It has been said, “Teaching is the best form of learning.” When was the last time you put on your teaching hat to help someone else? When you take time to help others, you not only do them a favor but you also improve your own skills in the process of helping them with theirs.
Part of being a good project manager is using your project management skills and talents to give back to the community. Ask yourself this question: “How can I help someone else reach his goals and dreams?”
Helping others is an often-overlooked avenue to achieving success, and yet it’s perhaps one of the best ways to become successful. Each and every one of us has the ability to help someone else in a significant way. We all have unique, innate talents and strengths that can serve others. What we do with these talents defines who we are, professionally and personally.
One of the best ways to help others is by starting or joining a Mastermind group. Don’t know what that is? Neither did I when a friend asked me to lead a gathering of her small-business friends in Simsbury, Connecticut. What I learned is that a Mastermind group is a collection of people who agree to get together periodically with the sole purpose of expanding their opportunities. My friend got the idea after reading Napoleon Hill’s book, Think and Grow Rich (Ballantine Books, 1987). She assembled 22 people for our first get-together. We agreed to meet every two to three weeks throughout the year.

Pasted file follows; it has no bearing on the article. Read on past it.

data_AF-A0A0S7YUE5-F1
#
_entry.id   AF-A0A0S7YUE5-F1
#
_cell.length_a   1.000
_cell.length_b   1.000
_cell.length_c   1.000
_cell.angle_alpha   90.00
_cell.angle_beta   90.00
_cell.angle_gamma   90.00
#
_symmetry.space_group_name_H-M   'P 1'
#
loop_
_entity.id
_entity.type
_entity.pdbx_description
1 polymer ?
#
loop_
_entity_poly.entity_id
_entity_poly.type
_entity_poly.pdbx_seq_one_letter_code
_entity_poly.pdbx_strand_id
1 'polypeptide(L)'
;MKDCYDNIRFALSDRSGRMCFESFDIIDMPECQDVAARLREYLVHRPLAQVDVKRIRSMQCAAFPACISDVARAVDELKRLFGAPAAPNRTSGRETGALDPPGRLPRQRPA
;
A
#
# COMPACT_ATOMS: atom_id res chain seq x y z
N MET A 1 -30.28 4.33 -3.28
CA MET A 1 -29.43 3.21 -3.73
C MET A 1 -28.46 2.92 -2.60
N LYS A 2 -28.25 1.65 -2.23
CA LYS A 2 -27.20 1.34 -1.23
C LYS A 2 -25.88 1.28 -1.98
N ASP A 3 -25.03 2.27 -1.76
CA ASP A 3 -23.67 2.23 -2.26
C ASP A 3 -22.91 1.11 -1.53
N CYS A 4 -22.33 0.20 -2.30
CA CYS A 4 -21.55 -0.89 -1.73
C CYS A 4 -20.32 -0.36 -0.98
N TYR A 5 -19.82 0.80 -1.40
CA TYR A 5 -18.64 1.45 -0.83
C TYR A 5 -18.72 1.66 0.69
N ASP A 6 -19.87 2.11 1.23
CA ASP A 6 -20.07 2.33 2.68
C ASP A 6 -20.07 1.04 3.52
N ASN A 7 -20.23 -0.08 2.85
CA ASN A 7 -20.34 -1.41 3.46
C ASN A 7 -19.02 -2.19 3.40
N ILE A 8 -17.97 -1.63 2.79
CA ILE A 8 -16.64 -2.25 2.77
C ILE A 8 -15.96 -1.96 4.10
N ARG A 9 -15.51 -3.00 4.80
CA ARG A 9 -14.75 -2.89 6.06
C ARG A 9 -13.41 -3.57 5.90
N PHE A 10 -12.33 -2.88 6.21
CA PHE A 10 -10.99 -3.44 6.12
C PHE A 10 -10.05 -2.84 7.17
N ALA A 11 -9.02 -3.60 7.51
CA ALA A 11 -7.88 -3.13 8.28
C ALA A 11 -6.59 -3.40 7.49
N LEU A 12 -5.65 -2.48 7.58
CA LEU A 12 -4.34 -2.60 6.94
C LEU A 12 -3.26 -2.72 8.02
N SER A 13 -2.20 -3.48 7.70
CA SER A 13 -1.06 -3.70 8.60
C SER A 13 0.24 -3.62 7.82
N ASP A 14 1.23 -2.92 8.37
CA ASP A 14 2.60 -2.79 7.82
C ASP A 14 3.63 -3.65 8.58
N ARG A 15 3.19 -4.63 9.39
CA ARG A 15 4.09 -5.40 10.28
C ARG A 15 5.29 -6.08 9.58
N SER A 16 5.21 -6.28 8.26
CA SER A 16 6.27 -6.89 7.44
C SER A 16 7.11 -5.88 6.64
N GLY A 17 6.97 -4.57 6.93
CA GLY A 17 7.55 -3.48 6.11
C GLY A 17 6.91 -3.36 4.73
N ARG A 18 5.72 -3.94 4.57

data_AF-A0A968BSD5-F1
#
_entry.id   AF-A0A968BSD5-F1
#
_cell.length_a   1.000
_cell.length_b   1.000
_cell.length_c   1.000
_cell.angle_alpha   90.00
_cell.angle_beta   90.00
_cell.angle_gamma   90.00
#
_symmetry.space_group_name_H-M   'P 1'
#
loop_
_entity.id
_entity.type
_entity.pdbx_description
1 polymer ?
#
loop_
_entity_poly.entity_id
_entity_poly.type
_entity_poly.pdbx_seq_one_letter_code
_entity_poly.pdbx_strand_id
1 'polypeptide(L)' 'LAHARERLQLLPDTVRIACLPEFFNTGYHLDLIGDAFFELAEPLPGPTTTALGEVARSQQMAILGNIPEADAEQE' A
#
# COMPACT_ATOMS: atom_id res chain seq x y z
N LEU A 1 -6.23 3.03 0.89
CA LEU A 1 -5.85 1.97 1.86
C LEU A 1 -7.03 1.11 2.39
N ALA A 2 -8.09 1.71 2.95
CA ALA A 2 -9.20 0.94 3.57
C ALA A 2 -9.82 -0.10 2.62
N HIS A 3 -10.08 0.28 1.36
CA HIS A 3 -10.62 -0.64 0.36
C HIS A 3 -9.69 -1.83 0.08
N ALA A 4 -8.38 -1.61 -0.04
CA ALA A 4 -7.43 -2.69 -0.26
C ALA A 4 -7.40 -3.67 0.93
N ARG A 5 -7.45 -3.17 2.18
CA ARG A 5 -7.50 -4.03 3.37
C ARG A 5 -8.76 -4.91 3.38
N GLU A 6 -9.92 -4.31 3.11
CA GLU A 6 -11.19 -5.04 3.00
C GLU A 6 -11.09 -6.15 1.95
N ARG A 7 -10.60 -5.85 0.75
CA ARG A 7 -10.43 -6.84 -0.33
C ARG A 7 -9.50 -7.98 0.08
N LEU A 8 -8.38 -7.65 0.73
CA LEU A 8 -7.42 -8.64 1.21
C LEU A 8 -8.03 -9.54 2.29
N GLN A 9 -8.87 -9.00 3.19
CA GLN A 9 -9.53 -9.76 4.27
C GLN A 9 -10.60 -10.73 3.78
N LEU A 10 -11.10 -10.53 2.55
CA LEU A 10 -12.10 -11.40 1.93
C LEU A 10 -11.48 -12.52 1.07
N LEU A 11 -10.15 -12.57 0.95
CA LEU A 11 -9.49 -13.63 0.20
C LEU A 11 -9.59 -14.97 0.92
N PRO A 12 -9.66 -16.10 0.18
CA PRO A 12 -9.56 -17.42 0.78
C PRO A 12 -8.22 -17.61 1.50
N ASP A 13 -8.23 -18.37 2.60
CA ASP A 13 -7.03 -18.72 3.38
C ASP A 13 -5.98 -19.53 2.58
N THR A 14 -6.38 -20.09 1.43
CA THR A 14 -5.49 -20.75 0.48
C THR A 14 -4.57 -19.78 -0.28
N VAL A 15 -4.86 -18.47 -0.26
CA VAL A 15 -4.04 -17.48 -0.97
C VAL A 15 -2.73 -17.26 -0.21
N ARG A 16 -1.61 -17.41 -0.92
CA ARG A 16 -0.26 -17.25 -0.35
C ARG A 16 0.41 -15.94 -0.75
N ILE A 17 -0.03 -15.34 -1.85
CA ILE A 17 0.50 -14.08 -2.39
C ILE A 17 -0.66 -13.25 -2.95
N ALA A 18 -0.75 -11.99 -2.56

The experience I had leading my friend’s group was nothing short of amazing. People brought business problems they couldn’t seem to solve, and after a few months they came out with stronger businesses and more confidence in themselves.
The key behind the Mastermind philosophy is that you are putting people of various strengths into one room. You may have a problem that seems insurmountable, but for someone else it may be a routine snag they have already overcome.
When joining a Mastermind group, take a minute to evaluate your strengths and to realize the assets that you can bring to the table. The more people you help, the more you will learn, and the stronger you’ll become as a project manager.
Recently Cheetah Learning donated a one-day course, Project Management Project Accelerator, to a nonprofit organization to help it prosper. We picked a foster care and adoption agency because we saw the great work it was doing for children and adolescents in its town, and we knew how important it was for the nonprofit to do well for the sake of its community. During this one-day course, we taught what we knew best: How to run fast and effective projects. We didn’t really expect to learn much that day because, hey, we were the teachers! But we forgot the golden rule, “Teaching is the best form of learning.”
During the process of teaching this organization how to manage projects, we had to answer hard questions about how to apply standardized project management practices and techniques to the very volatile world of foster care. We learned more about what it was like to manage projects in the nonprofit human-service sector, which is very different from our typical corporate clients.
The point is, the more you can get out and help people of different backgrounds, the greater your skill sets will be.
So what are you waiting for? Get out there and help others grow their dreams today, and don’t be surprised when your own dreams grow in the process.